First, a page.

After the above, we rode into town for lunch.
Then got back on our steeds in the drizzle / sprinkle / rain.

One moment of humor:
At some point on the return, with what I recall was a heavy sprinkle,
Crista suddenly blurted out, "why am I getting wet?"
Chuck immediately commented, "see what I've been telling you; she's oblivious."
[Well, that isn't an exact quote, but it represents the sentiment AND 
Is consistent with the light teasing that Crista had been receiving regarding 
Being protected behind Chuck on the tandem.]

I did attempt one moment of mostly-humor during the ride.
I don't recall if it was when outbound or when returning to Frederick.
At some point, it seemed that Chuck and Crista were picking up the pace.
I recall I was struggling just a bit, and said,
"Hey, just because I rode with that really fast tandem a couple weeks ago,
Doesn't mean that you should pick up the pace today."

I'm not sure how that comment was greeted.

We finished the ride in fine style.
Permanent Route Name / #DistanceDateFinishersDNF
MD: The Devil's Den / 26081312019/10/0650
Cert#RUSA#NameClub / ACP CodeTime
RUSA-T93127338B___, CristaDC Randonneurs / 94601207:27
RUSA-T93128385W___, CharlesDC Randonneurs / 94601207:27
RUSA-T931296218S___, MartinRandonneurs USA / 93309507:27
RUSA-T931303678D___, JoelDC Randonneurs / 94601207:32
RUSA-T931319432R___, David JDC Randonneurs / 94601207:27

Instead of putting my bike on the rack on the rear of my car,
I decided to take the wheels off my steed and put the frame into the back seat area
To keep the bike from getting soaked on the ride home.

Crista and I were discussing my going up that way again in 2020 to ride.
Probably to ride to Gettysburg on a sunny day,
Maybe to ride over toward Camp David.
We had tentatively agreed that June would be a good month.
Or was it May?

It didn't matter, because COVID-19 threw a major spanner into the works.

Although I skipped things I thought to include, and
Maybe I included things that would have been better off no included,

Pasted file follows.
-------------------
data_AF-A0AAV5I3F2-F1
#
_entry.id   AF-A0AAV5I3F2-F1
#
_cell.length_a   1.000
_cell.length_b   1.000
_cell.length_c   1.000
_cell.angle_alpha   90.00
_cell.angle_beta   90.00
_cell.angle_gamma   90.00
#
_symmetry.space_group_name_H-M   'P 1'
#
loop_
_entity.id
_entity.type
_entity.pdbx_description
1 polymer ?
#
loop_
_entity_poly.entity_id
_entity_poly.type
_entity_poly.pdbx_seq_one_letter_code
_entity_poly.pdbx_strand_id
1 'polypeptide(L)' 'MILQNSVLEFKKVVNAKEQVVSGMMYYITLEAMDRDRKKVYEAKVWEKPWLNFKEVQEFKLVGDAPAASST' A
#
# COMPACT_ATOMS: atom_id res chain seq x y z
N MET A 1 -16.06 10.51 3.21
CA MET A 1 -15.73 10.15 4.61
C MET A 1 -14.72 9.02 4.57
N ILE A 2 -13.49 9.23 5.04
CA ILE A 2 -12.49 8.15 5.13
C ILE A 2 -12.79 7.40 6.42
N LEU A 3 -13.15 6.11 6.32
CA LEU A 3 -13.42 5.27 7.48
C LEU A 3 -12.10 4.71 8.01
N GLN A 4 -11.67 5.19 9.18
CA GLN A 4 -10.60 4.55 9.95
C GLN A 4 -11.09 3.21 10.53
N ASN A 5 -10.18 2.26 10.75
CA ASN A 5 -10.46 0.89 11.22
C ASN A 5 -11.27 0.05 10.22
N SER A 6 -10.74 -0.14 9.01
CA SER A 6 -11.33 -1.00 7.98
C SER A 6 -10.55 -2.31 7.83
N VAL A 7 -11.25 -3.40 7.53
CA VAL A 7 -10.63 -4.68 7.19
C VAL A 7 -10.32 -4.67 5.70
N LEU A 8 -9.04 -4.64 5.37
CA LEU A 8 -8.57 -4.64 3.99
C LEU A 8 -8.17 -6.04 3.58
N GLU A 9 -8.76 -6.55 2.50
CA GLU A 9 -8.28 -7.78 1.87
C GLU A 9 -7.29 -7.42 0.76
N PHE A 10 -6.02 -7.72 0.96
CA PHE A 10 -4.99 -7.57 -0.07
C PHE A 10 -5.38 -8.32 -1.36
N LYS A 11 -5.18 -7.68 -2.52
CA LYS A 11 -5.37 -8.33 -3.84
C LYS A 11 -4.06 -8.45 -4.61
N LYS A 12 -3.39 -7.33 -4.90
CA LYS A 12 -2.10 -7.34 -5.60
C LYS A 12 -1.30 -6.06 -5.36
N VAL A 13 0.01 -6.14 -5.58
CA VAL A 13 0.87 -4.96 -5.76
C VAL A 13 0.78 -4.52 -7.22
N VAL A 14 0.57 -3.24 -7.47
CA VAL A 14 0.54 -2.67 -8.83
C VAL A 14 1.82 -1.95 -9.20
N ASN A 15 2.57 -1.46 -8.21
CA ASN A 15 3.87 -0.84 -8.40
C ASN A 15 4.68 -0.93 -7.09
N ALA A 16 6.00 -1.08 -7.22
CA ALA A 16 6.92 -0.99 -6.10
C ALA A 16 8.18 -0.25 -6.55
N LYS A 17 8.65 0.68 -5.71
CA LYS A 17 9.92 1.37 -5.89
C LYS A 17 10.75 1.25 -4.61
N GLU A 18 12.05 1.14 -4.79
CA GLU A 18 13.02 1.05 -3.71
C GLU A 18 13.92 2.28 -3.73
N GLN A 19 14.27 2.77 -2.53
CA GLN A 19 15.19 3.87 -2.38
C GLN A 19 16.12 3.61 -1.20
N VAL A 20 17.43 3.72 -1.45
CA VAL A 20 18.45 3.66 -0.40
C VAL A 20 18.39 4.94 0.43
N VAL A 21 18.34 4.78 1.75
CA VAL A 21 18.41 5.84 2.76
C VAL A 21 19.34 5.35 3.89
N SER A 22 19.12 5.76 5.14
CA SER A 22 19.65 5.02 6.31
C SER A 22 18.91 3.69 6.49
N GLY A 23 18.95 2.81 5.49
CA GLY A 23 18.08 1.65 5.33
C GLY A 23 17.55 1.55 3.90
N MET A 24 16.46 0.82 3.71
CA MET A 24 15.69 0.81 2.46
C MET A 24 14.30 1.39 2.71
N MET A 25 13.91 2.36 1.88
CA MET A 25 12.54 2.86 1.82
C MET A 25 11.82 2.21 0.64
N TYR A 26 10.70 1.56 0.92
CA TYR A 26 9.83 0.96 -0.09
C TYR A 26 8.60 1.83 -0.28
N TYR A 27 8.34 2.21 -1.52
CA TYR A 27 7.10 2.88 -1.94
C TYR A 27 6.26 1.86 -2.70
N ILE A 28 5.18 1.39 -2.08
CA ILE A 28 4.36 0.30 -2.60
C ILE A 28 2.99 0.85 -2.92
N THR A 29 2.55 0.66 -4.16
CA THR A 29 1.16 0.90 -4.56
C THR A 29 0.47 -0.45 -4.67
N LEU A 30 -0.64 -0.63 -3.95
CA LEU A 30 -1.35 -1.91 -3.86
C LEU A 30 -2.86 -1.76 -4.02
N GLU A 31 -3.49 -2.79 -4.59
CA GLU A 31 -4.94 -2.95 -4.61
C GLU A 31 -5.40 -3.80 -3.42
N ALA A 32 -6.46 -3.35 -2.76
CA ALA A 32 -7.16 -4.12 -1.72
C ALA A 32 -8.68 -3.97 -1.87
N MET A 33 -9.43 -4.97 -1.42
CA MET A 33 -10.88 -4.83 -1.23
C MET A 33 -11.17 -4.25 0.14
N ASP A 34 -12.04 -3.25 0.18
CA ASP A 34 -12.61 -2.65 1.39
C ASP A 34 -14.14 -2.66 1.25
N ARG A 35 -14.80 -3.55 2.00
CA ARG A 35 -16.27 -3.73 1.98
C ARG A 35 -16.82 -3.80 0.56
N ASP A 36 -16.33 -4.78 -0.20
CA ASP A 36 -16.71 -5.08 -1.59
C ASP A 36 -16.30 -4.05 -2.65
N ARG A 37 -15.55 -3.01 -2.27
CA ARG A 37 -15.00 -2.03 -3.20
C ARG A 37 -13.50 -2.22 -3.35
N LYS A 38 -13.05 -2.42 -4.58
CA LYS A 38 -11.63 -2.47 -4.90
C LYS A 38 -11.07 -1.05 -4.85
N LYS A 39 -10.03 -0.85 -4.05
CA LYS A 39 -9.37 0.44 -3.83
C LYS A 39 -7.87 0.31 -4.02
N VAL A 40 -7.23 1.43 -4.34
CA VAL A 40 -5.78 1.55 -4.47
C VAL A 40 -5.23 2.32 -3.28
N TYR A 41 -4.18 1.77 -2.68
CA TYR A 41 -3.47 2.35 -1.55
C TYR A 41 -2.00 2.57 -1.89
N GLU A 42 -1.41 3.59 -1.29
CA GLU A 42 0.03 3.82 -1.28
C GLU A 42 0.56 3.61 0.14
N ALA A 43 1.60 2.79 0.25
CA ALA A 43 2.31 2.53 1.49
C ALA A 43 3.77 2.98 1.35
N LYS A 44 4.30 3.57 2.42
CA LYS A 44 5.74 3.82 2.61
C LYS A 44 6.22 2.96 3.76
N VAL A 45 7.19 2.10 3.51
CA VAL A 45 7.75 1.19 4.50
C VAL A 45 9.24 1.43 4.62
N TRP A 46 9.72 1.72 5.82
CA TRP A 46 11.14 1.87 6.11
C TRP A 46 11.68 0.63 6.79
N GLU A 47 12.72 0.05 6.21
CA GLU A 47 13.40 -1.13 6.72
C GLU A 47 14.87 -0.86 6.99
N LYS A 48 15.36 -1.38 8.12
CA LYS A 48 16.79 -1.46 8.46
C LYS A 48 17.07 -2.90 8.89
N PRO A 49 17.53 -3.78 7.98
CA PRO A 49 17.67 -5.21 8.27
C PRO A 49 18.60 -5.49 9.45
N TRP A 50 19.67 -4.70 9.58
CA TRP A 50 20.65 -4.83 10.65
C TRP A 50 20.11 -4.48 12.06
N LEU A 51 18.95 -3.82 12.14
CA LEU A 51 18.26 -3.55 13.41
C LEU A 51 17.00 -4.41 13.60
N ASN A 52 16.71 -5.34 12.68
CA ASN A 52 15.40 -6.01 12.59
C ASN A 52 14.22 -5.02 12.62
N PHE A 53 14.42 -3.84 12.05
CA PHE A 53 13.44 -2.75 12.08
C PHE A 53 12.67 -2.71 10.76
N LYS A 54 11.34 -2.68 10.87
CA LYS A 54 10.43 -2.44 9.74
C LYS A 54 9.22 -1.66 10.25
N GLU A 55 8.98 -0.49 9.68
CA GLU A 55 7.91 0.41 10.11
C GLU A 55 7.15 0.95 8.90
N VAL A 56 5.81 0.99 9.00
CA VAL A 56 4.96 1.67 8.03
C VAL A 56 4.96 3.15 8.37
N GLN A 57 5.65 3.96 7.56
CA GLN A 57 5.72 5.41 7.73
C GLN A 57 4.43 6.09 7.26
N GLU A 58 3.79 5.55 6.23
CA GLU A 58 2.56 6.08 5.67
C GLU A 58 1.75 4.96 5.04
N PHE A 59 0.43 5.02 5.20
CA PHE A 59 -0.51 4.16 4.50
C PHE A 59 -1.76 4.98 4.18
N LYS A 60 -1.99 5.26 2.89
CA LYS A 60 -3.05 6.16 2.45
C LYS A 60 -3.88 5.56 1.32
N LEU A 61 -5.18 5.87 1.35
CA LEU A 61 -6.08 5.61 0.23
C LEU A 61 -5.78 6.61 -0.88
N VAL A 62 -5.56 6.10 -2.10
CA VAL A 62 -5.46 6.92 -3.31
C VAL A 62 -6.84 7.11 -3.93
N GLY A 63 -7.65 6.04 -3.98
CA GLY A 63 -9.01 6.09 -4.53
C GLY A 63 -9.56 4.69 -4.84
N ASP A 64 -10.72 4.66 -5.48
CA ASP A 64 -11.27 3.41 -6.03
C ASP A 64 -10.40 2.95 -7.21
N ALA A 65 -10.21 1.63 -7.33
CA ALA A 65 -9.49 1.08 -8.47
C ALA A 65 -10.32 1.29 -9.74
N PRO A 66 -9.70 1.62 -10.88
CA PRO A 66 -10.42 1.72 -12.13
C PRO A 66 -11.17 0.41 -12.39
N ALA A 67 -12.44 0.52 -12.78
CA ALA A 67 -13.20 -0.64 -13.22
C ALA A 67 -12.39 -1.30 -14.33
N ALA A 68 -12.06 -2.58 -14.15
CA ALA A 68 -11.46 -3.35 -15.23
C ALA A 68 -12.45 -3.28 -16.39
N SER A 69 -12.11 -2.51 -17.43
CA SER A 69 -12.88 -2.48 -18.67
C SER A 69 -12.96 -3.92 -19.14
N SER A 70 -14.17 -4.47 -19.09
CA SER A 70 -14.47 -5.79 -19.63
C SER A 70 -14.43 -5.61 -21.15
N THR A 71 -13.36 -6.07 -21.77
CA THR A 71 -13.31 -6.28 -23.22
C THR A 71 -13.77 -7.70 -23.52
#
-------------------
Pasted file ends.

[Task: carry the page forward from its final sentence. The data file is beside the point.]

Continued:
The above is my story, and I will be sticking to it. 

RUSA + COVID - June Events, Permanents and Insurance

Sent:  Friday, May 15, 2020 6:28 AM
To:  RUSA RBAs ...
Subject:  June Events, Permanents and Insurance

Brevets and other events

Our hold on sanctioning events will extend at least through the end of June. 

Most states are still experiencing community spread.  Testing and tracing are not up to the standards promulgated by our national health organizations.  Social distancing is still encouraged nationwide.  While we can come up with ways to help keep our riders safe, running events can have an impact on communities whether that's through virus transmission or the risk of accidents.  As a result, our Pandemic Response Committee has recommended that we extend the hold through the end of June. 

The RUSA board has voted and accepted that recommendation.

From our website:  Randonneuring is long-distance unsupported endurance cycling. This style of riding is non-competitive in nature, and self-sufficiency is paramount. When riders participate in randonneuring events, they are part of a long tradition that goes back to the beginning of the sport of cycling in France and Italy. Friendly camaraderie, not competition, is the hallmark of randonneuring.

As a riding community, we have shared goals and awards recognizing our achievements.  It's the camaraderie that makes us a club.  When we open, it should be nationwide.  That doesn't mean that every RBA will be forced to run events but they should have the ability to do so, working with their local riders.  Opening now, on a geographical piecemeal basis, with a heavy emphasis on solo riding, would be abandoning much of what makes up our sport.

Permanents and insurance

We have some good news to share!  Effective May 1, we have a new insurance program that includes permanents.  However, it's not a simple matter of flipping a switch.  We have work ahead of us - Deb Banks, John Lee Ellis and Crista Borras are working as a committee on the details of the revised program.  We have major system changes to make and organizational work to do.  Crista, John Lee and Deb will be reaching out to existing route owners to get the organizational work underway in parallel with our web team work.

A restart of permanents will be incorporated into the recommendations from our pandemic response committee.

More details on insurance and any required changes will be shared before we reopen any RUSA riding.  Stay tuned !

July and forward

By mid June at the latest, we expect to provide an update for July.  The pandemic committee has also started to think about the guidance and support that we might provide to RBAs as we build our reopen plan. 

Dave Thompson, for the RUSA Board.